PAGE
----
By Bishop Joseph R. Kopacz, D.D.
After God set the world in motion through the work of creation, he fashioned man and woman from the dust of the earth in the divine image and likeness and entrusted them with the task of developing this grand handiwork. Then and now, God intends that we not lose sight of his divine presence when we apply our talents to building a world that gives glory to the creator, dignity to human life everywhere and a profound awe for the beauty of our planet. For further motivation and inspiration, we, as disciples of the Son of God, recall the words of sacred scripture that proclaim, “for in him all things were created, in heaven and on earth, visible and invisible … all things were created through him and for him. (Colossians 1:15-17) Through faith we know that love is our origin, love is our constant calling and love is our fulfillment in heaven.
We also know that for as long as we live there is much to be done. Perhaps this Labor Day more than ever reminds us that throughout our lives the work of building and rebuilding is constant.
Recall the sobering yet hopeful words from St. Paul’s letter to the Romans. “We know that the whole creation has been groaning with labor pains together until now; and not only the creation, but we ourselves, who have the first fruits of the Spirit, groan inwardly as we wait for adoption as sons and daughters, the redemption of our bodies.” (Romans 8:19-23)
Are we ever groaning these days, as the pandemic grinds on in many corners of our society and world, whether it be over our children, academically and developmentally, or the loss of life and the suffering that ensues. Considerable rebuilding will be necessary.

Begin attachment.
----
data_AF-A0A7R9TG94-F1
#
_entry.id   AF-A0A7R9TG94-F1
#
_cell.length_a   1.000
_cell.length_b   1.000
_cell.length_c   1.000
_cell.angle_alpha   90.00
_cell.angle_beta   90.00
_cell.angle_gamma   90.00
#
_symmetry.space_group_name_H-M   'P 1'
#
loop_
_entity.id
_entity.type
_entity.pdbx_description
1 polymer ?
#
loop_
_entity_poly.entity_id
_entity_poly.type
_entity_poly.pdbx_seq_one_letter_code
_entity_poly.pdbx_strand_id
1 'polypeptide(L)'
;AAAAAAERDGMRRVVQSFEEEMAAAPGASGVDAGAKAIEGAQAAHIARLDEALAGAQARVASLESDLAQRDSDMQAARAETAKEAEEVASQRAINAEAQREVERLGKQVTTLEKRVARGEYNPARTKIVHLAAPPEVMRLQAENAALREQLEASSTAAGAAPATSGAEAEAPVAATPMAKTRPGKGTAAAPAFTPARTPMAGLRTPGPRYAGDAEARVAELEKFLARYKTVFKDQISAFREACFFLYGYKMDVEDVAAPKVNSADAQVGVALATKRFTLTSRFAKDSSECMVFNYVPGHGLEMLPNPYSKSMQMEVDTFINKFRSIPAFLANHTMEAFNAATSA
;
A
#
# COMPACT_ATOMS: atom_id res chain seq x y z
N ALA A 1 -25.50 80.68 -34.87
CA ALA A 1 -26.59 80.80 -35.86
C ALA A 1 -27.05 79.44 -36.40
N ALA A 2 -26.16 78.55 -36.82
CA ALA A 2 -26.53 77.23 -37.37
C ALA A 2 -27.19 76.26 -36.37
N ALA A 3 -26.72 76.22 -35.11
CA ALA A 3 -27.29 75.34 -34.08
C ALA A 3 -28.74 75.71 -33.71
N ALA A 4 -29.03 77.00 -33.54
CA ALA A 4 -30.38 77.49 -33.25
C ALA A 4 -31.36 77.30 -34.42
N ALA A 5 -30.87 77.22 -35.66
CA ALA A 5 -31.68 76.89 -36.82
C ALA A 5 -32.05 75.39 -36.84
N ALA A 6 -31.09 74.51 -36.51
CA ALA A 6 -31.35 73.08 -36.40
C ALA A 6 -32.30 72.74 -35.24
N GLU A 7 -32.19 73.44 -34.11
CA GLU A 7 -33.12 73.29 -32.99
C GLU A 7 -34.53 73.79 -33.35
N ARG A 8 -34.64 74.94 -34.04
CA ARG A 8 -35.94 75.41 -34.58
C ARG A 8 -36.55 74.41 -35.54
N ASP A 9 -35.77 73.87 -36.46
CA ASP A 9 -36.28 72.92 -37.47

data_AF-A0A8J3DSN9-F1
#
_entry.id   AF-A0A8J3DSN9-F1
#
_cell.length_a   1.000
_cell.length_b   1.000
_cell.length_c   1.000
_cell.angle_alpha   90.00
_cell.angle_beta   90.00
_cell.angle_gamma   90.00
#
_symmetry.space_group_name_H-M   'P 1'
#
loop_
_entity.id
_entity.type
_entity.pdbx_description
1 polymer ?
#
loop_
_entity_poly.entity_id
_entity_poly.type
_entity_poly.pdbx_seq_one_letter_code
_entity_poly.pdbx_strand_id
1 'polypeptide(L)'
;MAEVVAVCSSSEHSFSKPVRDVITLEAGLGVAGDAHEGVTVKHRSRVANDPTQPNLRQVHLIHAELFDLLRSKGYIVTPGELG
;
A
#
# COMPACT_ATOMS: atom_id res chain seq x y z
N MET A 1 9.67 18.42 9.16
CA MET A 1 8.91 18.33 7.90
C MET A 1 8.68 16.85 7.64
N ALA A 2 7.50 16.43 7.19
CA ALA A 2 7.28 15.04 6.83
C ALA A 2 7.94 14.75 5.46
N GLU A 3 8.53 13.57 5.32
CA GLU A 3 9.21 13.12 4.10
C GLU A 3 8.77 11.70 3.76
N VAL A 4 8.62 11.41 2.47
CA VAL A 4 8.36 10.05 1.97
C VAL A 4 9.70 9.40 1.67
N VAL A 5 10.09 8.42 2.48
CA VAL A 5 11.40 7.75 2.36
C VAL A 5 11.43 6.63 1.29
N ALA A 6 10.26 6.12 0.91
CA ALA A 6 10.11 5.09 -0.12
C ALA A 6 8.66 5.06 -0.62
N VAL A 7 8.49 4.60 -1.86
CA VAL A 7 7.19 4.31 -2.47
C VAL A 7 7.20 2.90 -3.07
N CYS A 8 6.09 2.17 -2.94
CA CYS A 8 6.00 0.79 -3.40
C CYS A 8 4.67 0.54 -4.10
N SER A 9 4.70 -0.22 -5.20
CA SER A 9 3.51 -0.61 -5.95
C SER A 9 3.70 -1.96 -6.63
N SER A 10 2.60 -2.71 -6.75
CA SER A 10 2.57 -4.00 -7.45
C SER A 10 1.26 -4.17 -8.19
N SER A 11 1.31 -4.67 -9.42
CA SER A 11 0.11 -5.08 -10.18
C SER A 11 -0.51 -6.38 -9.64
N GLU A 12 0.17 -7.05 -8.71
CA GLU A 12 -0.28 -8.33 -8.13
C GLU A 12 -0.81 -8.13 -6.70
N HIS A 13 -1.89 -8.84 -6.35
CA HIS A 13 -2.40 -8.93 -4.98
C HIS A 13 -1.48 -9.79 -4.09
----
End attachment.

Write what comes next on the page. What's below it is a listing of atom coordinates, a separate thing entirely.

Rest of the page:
Blessed Mother Teresa understood well the lifetime task of building a religious community to serve the dire needs of the present moment, and to endure for generations to come in a world where there are no guarantees. In a poem attributed to her entitled, “Anyway” she mused, “What you spend years creating, others could destroy overnight. Create anyway.”
Clearly, what she is saying is that when necessary, rebuild and create something better. We can apply her wisdom to the destructive drives inherent in humanity or to the overwhelming power of nature. It seems that wherever we turn, too many are caught between a rock and a hard place, Scylla and Charybdis, the rocky shoals or the churning whirlpool.
On the one hand, there is the destructive power of nature in the virus silently stalking, in raging fires, in howling hurricanes, in unforeseen flooding or in heaving earthquakes. On the other hand, destruction boils over from the abyss of human nature, alienated from our loving creator, in acts of violence, terrorism and war. What once was, is no more and people are pressed to choose. Look ahead and rebuild in one form or another or look backward and wallow in inertia. The Book of Ecclesiastes reminds us that in the cycle of living, “there is a time to break down, and a time to build up.” (3:3) As God’s children we want to be busy about living.
This weekend is the 20th anniversary of 9/11 that obliterated many lives, destroyed iconic structures, wreaked havoc upon our nation’s psyche, and unleashed a 20-year war whose official ending is still spilling blood. Indeed, all of creation groans. Yet, this crisis immediately revealed the goodness and courage of first responders and many others who put aside concern for self in the hope of rescuing their neighbor and the stranger. It took 14 years for the majestic One World Center to be built on the spot of the Twin Towers that were destroyed. It will take a lifetime or more for those who directly experienced this horror to heal. We pray that the work of reconciliation will never cease.
The Son of God, the one through whom and for whom all creation came to be, revealed life’s inevitable vulnerability on Calvary. Yet, on Easter Sunday the dawn from on high broke upon us and we who walk in the shadow of death, now walk by faith and labor with a purpose everyday of our lives, because Christ lives.
In the big questions about our lives and in our daily and familiar tasks, may we know that in God our lives are a labor of love, whether we are building something new with great confidence, or rebuilding in the face of loss. In the prologue of St. John, we know whence the power comes to regain our footing and our hope. “In the beginning was the Word, and the Word was with God, and the Word was God. He was in the beginning with God, all things were made through him. In him was life, and the life was the light for all. The light shines in the darkness, and the darkness has not overcome it.”